‘In a process like customer onboarding where costs have risen significantly, the application of regtech can identify and augment critical data through the use of advanced analytics,’ says John Harvie, director at global risk and compliance consultancy Protiviti. ‘It can remove manual checking and reduce the need for the application of human judgment.’

 Regtech can also enable the capture of compliance breaches. Harvie says: ‘In advice-based investment, for example, advice is often recorded and physically reviewed by first and second-line oversight functions, which is a time-consuming and very imperfect process that can only capture a small sample of compliance breaches. However, there’s a regtech solution that records and analyses the conversation in near real-time, automatically identifying breaches.’

Regtech solutions are also gradually being deployed across the industry to help prevent fraud. EY’s 2016 global fraud survey found that since employees are reluctant to raise concerns, company data can act as the key to identifying instances of potential misconduct. Yet currently only 50% of the fraud survey respondents use specialist monitoring software – whether in the form of traditional or innovative fraud detection tools – to identify fraud risks. Gulamhuseinwala says: ‘Current regtech fraud prevention solutions can identify gaps, issues and trends in financial crime, while future solutions will be orientated to behavioural profiling and behaviour-driven risks to indicate potential misconduct.’

Kehoe admits that regtech is not a panacea for all compliance and risk challenges, given the importance of subjectivity and the numerous other factors that must be considered. ‘However, it works well for heavily quant-based obligations, information-based obligations, risk identification and management tools,’ he says. 

In the longer term, regtech is also expected to allow seamless submissions to regulators. ‘Future regtech platforms will also be used to interpret regulations, including upcoming changes, but a key challenge is to first build a converged regulatory risk and controls management framework,’ adds Gulamhuseinwala.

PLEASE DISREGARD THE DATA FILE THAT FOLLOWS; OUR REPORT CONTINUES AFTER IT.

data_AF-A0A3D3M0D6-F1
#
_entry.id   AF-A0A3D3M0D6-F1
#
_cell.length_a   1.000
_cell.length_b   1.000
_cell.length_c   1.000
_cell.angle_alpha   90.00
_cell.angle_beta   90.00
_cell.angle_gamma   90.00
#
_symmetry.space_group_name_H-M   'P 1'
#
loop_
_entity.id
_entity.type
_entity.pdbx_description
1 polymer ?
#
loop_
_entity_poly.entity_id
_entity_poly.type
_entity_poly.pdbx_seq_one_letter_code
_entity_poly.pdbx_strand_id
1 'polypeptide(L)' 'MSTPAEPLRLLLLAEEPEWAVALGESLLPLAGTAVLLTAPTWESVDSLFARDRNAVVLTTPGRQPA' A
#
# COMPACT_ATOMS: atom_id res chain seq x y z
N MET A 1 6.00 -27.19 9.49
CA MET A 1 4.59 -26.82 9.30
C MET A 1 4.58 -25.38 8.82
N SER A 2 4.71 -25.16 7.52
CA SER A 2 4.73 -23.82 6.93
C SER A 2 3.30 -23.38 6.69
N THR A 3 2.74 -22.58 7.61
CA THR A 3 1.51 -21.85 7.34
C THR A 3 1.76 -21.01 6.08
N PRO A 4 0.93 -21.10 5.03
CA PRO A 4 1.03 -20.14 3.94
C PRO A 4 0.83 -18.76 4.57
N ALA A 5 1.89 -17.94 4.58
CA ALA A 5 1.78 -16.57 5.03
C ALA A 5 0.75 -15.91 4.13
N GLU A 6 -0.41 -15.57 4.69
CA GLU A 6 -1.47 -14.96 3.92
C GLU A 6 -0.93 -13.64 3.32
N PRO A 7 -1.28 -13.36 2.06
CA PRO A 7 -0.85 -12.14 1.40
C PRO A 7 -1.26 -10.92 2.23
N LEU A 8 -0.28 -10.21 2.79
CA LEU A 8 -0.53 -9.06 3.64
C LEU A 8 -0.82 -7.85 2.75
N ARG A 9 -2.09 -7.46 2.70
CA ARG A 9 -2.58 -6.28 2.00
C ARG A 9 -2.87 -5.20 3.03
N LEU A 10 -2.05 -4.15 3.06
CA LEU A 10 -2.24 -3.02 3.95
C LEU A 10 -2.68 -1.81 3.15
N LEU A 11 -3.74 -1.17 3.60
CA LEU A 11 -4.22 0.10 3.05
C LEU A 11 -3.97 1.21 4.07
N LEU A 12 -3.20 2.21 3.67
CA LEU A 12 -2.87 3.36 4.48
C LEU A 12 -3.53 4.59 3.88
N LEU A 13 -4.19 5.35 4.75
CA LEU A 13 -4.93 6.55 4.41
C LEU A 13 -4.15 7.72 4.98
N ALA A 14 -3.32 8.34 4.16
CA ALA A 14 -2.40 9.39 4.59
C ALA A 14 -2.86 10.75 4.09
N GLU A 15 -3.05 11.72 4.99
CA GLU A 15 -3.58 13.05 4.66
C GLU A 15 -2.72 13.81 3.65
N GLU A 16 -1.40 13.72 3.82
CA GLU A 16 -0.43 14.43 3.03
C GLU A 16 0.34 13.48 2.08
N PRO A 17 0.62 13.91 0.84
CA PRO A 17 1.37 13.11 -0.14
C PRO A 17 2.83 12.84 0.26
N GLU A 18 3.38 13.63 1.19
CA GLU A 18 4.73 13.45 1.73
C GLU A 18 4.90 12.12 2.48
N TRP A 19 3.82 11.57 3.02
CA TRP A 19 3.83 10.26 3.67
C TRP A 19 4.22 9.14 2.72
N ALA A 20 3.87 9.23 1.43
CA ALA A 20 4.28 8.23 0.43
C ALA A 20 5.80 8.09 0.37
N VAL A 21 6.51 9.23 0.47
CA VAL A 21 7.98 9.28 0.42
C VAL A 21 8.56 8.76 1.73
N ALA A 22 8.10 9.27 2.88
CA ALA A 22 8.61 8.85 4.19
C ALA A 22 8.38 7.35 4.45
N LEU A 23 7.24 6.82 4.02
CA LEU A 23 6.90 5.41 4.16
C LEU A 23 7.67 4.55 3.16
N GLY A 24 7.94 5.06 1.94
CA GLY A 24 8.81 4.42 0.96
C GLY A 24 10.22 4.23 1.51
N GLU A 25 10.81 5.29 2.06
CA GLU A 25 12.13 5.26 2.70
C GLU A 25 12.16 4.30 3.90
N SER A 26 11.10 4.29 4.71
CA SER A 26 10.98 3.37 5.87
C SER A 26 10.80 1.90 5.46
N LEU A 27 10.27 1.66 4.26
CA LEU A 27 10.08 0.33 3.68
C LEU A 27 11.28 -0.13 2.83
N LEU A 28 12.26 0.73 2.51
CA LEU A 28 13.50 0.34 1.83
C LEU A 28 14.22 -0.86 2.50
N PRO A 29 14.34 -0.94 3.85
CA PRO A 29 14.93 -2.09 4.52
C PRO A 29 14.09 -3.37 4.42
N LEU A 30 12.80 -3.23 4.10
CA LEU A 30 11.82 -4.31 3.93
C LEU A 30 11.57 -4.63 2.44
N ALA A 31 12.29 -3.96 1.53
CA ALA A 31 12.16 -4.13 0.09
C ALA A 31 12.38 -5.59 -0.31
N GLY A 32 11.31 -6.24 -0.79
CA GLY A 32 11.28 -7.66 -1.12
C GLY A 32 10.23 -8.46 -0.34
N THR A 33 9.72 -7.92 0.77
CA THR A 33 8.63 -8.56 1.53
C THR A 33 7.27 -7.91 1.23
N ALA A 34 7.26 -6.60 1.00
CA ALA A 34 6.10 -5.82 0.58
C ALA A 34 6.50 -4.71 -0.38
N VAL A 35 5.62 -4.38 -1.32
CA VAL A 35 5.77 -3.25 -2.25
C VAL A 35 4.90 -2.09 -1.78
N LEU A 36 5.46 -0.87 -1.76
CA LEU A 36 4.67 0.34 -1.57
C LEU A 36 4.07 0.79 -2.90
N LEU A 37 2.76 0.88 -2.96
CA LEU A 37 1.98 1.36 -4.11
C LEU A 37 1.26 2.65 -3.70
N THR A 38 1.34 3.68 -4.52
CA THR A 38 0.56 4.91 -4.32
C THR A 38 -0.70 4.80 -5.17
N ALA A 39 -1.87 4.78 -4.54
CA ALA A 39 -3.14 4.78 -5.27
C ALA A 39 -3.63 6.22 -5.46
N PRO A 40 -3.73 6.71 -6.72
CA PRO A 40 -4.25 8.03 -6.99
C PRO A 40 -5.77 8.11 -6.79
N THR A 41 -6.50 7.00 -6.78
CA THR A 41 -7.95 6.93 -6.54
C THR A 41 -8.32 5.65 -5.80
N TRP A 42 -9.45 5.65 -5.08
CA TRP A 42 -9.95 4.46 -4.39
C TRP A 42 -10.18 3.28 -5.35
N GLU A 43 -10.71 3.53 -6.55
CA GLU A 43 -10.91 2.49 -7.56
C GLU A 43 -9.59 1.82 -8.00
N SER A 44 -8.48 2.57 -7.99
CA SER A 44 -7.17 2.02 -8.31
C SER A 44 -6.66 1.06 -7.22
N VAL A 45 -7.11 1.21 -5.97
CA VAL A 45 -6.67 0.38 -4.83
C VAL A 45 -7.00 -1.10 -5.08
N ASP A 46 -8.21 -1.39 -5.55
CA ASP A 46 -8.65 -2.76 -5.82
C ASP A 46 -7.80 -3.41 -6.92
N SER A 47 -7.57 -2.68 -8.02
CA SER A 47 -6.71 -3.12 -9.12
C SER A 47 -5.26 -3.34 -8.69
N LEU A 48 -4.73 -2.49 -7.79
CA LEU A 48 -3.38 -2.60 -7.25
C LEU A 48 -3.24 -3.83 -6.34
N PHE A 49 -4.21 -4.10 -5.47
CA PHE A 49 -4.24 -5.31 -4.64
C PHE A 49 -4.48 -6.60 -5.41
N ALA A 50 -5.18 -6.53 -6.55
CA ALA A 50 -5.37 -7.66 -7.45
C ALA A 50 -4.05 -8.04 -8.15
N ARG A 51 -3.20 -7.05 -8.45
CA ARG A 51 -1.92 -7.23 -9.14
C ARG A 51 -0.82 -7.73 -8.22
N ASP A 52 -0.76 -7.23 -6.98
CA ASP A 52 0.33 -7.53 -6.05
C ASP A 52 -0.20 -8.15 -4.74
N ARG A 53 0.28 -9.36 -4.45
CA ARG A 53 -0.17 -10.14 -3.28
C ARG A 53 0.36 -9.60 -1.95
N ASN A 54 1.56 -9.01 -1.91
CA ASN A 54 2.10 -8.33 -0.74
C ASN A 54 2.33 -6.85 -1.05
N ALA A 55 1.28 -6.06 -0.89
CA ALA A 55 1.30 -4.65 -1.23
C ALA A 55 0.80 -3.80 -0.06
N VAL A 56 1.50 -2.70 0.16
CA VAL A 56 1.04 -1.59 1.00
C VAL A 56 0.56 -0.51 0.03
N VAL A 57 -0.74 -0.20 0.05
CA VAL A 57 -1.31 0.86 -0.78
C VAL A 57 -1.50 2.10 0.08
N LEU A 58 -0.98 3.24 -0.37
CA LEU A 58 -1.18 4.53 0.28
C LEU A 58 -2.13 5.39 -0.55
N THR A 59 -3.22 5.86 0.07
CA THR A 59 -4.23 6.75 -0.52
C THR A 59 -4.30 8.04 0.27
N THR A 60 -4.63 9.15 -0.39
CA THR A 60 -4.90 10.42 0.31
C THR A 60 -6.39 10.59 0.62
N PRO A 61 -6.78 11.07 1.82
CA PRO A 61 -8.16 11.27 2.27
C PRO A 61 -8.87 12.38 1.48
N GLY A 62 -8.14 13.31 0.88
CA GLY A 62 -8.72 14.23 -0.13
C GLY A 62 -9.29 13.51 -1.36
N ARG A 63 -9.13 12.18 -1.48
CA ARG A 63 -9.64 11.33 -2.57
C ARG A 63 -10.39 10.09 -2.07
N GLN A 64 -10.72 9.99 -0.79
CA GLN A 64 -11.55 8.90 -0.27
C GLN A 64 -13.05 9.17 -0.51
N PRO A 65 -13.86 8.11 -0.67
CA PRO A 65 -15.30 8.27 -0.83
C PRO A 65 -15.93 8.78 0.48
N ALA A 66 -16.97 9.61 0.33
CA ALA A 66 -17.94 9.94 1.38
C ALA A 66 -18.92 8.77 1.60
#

When businesses are considering an investment in regtech, Kehoe recommends that they first review their existing compliance risks and requirements as well as their existing regulatory technology. ‘Don’t discount the capabilities of powerful solutions, which have been proven to overcome operational challenges,’ he says. They should also have a clear understanding of any upcoming regulatory and reporting requirements that will impact their business.

Against this background, businesses should then identify areas that could benefit from regtech solutions, such as the automation of controls or the capture of more meaningful management information from big data. ‘Next, they should assess the impact of implementing a regtech solution – for example, the impact of integration across a number of legacy systems – evaluate any cultural and infrastructure challenges, and determine if they have skilled resources to test, pilot, deliver and manage change,’ Gulamhuseinwala says. ‘They should also discuss their plans to embed regtech solutions with the regulator.’

There is also the question of which specific regtech solution to choose, bearing in mind this is a rapidly evolving area. ‘The world of artificial intelligence and analytics around which much of regtech revolves is changing fast, and new architectural models are being developed all the time,’ says Harvie. ‘For example, there’s now a move away from apps to bots, which will in turn interact with other bots to create a new ecosystem. Providers are getting much more adept at integration, but organisations need to be careful to choose the technology that will work best for their business.’

Iwona Tokc-Wilde, journalist